Master of Wine to Winemaker: Q&A with Rhys Pender MW
Australian-born, BC-based Rhys Pender MW has an insatiable passion for wine. It shows in the accreditation he’s achieved – the full run of the Wine and Spirits Education Trust (WSET) followed by the big kahuna of wine knowledge – Master of Wine (MW). When he reached MW status, he was one of the youngest to have done so; even today, he’s one of only five Canadians to boast the MW following their name.
Pender and his wife, Alishan Driediger, own Little Farm Winery in Similkameen/Cawston, British Columbia. This small-batch winery uses only four acres of vines to produce limited quantity, quality BC wines. Their annual yield in 2016, for example, was 1,100 cases – and Pender hopes to keep yields around 1,000 cases for the foreseeable future.
The journey from teenage Australian liquor store clerk to BC winemaker has been a twisty one with a few stops. First, Europe, for school (where he met Driediger); then Kelowna, BC (presumably following Driediger back to her hometown… I may be romanticizing this a bit!). The couple explored food and wine together. He studied wine, getting his WSET and MW designations, wrote about wine, taught at WSET and created WinePlus, a wine company created to further the enjoyment of wine through education. She became a highly accomplished baker, founded Okanagan Grocery and completed her winemaking diploma. They bought Little Farm Winery in 2008, releasing their first vintage in 2011.
I had the opportunity to pick Pender’s brain about his experiences and the switch from wine-tasting expert to wine producer.
LH: Why did you become a Master of Wine?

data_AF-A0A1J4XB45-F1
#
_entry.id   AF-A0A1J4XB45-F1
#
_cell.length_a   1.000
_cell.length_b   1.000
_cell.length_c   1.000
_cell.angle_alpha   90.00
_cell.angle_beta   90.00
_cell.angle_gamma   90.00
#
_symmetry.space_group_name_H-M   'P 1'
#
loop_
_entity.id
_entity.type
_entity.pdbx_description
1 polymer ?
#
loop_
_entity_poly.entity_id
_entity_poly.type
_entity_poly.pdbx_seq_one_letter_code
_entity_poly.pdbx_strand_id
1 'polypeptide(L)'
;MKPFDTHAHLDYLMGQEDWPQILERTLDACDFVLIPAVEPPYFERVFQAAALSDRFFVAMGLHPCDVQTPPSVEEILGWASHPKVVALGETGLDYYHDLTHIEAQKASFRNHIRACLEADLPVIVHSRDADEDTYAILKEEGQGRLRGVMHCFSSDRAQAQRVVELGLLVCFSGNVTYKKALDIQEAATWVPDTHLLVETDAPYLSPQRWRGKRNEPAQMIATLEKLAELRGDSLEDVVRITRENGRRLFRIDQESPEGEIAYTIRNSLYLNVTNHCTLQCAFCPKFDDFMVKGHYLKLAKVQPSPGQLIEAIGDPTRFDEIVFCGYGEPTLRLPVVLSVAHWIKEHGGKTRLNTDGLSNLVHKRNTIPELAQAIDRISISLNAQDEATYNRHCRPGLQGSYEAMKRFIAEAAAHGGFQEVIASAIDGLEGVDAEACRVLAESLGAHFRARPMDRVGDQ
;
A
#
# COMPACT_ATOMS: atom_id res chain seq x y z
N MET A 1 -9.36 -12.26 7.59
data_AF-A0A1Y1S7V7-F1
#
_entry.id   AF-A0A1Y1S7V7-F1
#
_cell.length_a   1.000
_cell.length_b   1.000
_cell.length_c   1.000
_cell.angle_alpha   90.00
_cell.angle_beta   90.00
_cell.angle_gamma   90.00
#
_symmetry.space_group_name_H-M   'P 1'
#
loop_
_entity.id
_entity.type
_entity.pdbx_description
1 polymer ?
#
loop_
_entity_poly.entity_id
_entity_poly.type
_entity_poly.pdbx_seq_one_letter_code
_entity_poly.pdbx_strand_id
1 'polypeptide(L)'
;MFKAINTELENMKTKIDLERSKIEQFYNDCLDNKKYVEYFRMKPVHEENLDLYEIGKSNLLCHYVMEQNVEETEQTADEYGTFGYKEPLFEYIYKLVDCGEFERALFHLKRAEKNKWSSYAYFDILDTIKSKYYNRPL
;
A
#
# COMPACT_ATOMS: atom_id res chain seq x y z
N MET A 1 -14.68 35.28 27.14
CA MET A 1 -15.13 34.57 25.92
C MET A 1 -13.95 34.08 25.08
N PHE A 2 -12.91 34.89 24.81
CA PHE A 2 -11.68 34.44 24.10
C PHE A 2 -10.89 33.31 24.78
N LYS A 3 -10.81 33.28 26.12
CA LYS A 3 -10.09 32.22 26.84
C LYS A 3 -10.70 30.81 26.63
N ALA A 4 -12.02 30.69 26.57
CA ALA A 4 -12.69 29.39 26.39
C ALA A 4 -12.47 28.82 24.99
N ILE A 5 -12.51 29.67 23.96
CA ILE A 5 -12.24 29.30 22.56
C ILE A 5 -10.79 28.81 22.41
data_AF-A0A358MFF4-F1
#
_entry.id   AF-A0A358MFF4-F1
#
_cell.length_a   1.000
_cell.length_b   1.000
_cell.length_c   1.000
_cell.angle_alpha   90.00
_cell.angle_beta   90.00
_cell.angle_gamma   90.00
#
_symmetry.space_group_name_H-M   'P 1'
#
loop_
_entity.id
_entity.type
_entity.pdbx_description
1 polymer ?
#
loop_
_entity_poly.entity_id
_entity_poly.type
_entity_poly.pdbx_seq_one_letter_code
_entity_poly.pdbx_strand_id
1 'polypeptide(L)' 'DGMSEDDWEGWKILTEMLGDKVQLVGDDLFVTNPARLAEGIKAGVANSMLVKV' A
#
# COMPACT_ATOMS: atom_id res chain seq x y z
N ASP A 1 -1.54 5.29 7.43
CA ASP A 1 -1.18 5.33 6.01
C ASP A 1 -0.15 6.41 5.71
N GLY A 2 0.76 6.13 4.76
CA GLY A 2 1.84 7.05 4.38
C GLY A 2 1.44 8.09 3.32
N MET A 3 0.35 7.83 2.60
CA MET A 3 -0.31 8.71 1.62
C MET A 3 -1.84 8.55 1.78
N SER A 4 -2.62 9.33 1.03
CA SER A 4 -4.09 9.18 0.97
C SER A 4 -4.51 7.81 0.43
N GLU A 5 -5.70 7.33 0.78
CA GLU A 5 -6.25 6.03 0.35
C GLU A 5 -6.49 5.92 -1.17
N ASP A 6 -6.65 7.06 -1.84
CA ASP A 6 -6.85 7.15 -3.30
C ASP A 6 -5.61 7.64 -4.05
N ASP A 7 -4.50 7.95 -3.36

RP: I started taking the WSET classes after getting interested in wine during chef training in 1998. And I just became so interested in wine that I did all the WSET levels and could not stop wanting to learn, so went on to do the Master of Wine.
LH: Why did you choose the Similkameen/Cawston for your winery?
RP: I was living in Peachland and with two young kids we had grown out of our 800 square foot house so we needed to move. Cawston had the magic combination of outstanding wine potential and much more affordable pricing than the Okanagan.
LH: Which grapes do you like to work with?
RP: Riesling and Chardonnay are what is planted at Little Farm’s Mulberry Tree Vineyard. These grapes are great at showing their terroir and can make the most complex, intense and best quality white wines in the Okanagan and Similkameen regions.
LH: Why is small batch winemaking important?
RP: My wife and I like to do everything ourselves as much as we can. Being hands on allows us to do everything exactly how we want it to be done and I think helps with the quality.
LH: Would you ever expand to produce more?
RP: Our goal is to stay around 1,000. If we go bigger then we lose that control we are trying to keep.
LH: What makes single vineyard wine so appealing?
RP: I love when wines taste of a place. In both the Riesling and Chardonnay from our Mulberry Tree Vineyard, there is this amazing stony, salty, minerality that comes on the finish. It is from the high levels of calcium carbonate in the soil. It is amazing when the place transcends the grape variety. As long as heavy handed winemaking doesn’t obliterate any sense of place.
LH: What does it mean to make wines with minimal manipulation? Why choose this direction?
RP: So often wines taste more of the winemaker and the manipulations they have applied to the wine. We want to make wines that show where they are from, a true reflection of the grape, the vineyard, the vintage and allowing that to all come through without being hidden under manipulative techniques that make a wine less real.